The Science of Packing Luggage

Have you ever done some last-minute preparations for a trip only to find that your suitcase won’t close with all your clothes inside? Or, worse yet, have you come to your destination and found out that half of the things you planned to take on a trip ended up staying home?

All these are symptoms of poorly packed luggage. Unfortunately, what you pack and how you pack it is the most important aspect of the entire matter. After all, storing your luggage will be easy anywhere from London to Los Angeles.

The trick is to bring all the necessities and not have them jumbled up once you open the travel bag. This is the science of packing luggage correctly, and you’re about to embark on a crash course.

The Essentials of Luggage Packing


To start packing like a pro, you’ll need to know three things:

  • What to pack
  • How to pack it
  • Whether special regulations apply to your items

What to Pack and How

Let’s break this down, starting with what to pack.

The crucial things to pack will be clothes, cosmetics, medical items, electronics, miscellaneous items, and, most importantly, your documents.

Now that we have the travel must-haves, here’s how to get everything inside your bags. Out of all these things, clothing is usually the trickiest to pack. However, the process will suddenly become straightforward once you figure out the correct order:

  1. Shoes or other footwear
  2. Socks
  3. Heavier clothes like sweaters
  4. Underwear
  5. T-shirts and trousers
  6. Shirts, dresses, and other clothing items that don’t fall into previous categories

Why does this system work? You’re using certain clothes to set a foundation and some items to fill in the gaps. This is precisely why shoes go in first. Socks come in next because you can simply place them inside your shoes to keep your socks in one place and keep the shoes from deforming along the way.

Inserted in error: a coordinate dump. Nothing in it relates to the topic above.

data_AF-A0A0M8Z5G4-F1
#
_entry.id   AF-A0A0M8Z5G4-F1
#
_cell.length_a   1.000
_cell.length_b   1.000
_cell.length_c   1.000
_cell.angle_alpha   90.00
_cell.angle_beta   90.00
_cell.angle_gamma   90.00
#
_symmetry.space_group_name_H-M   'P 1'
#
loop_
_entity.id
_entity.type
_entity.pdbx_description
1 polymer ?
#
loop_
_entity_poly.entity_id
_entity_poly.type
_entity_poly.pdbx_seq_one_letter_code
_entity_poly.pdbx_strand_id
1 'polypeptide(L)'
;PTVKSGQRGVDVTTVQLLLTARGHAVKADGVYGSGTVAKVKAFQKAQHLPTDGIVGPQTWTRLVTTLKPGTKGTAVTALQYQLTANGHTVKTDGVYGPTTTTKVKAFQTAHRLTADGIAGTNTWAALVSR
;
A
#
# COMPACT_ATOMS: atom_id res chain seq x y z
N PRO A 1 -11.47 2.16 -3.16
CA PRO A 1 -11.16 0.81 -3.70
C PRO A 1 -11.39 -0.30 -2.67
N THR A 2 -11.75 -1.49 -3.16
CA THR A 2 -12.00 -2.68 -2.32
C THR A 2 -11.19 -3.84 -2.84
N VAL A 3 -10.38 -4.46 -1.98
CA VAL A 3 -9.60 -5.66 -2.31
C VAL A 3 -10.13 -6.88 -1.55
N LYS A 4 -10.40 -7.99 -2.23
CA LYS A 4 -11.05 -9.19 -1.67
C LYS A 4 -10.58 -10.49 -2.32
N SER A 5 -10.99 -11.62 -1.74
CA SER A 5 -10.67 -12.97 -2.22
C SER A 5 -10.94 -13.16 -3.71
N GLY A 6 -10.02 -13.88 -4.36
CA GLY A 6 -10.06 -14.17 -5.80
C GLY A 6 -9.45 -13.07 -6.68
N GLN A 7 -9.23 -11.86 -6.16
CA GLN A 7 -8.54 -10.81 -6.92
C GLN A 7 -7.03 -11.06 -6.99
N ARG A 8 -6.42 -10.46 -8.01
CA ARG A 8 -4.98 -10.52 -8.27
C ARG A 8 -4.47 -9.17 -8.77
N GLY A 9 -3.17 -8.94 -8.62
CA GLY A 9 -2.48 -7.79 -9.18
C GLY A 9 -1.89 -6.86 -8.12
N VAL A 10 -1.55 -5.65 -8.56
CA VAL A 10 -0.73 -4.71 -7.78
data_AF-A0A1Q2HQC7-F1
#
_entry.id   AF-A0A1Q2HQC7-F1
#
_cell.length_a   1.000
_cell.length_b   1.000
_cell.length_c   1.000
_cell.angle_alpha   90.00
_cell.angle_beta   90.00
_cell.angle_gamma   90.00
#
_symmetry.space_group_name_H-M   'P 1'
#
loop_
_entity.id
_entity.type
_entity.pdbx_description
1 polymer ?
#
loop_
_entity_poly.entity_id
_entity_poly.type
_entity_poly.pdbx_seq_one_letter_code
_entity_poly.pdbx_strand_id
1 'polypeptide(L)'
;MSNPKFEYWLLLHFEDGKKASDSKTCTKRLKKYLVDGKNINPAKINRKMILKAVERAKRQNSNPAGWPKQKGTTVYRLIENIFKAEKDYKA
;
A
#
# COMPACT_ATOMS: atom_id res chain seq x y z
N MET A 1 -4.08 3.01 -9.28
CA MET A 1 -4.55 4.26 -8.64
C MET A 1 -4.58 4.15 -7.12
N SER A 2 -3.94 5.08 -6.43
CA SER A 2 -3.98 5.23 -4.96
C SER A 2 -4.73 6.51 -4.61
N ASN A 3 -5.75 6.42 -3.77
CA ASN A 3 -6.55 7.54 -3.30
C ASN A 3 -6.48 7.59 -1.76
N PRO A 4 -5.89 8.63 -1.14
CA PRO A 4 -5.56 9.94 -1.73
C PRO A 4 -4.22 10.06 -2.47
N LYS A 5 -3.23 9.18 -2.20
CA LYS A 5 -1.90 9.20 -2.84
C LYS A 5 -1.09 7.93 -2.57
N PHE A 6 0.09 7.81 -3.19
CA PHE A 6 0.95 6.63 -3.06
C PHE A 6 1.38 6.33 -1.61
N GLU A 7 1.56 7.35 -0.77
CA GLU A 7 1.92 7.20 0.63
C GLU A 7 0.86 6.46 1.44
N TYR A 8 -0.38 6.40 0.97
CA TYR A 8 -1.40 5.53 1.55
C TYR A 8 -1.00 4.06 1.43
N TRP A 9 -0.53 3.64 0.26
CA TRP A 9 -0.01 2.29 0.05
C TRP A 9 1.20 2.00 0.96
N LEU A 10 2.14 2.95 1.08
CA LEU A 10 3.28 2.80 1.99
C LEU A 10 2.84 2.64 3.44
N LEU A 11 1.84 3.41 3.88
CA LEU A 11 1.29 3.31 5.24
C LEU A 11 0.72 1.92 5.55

Heavier items follow to stabilize the shoes, while the underwear fills in the gaps. Do all this correctly, and you’ll have a solid, relatively flat foundation to lay down your shirts, trousers, etc.

Next, cosmetics and medical items should ideally be in smaller packaging to save space. You’ll have plenty of options in that regard, from using specially made travel packages to simply packing smaller bottles of shampoo, shower gel, and similar cosmetics.

It would be best to divide these items (and, for that matter, all other travel items) into those you’ll only use once you arrive and those you’ll need during the trip.

Getting to the third category, electronics, you’ll have one core rule: moderation. Electronics are very delicate and prone to getting lost or damaged. For that reason, pack only what you really need. Do you have a phone with a really good lens and megapixel count? Then there’s no reason to pack a camera.

When it comes to chargers, try bringing along as many universal or multipurpose ones as possible. It would be ideal to avoid carrying a charger and cable for each individual gadget in your luggage.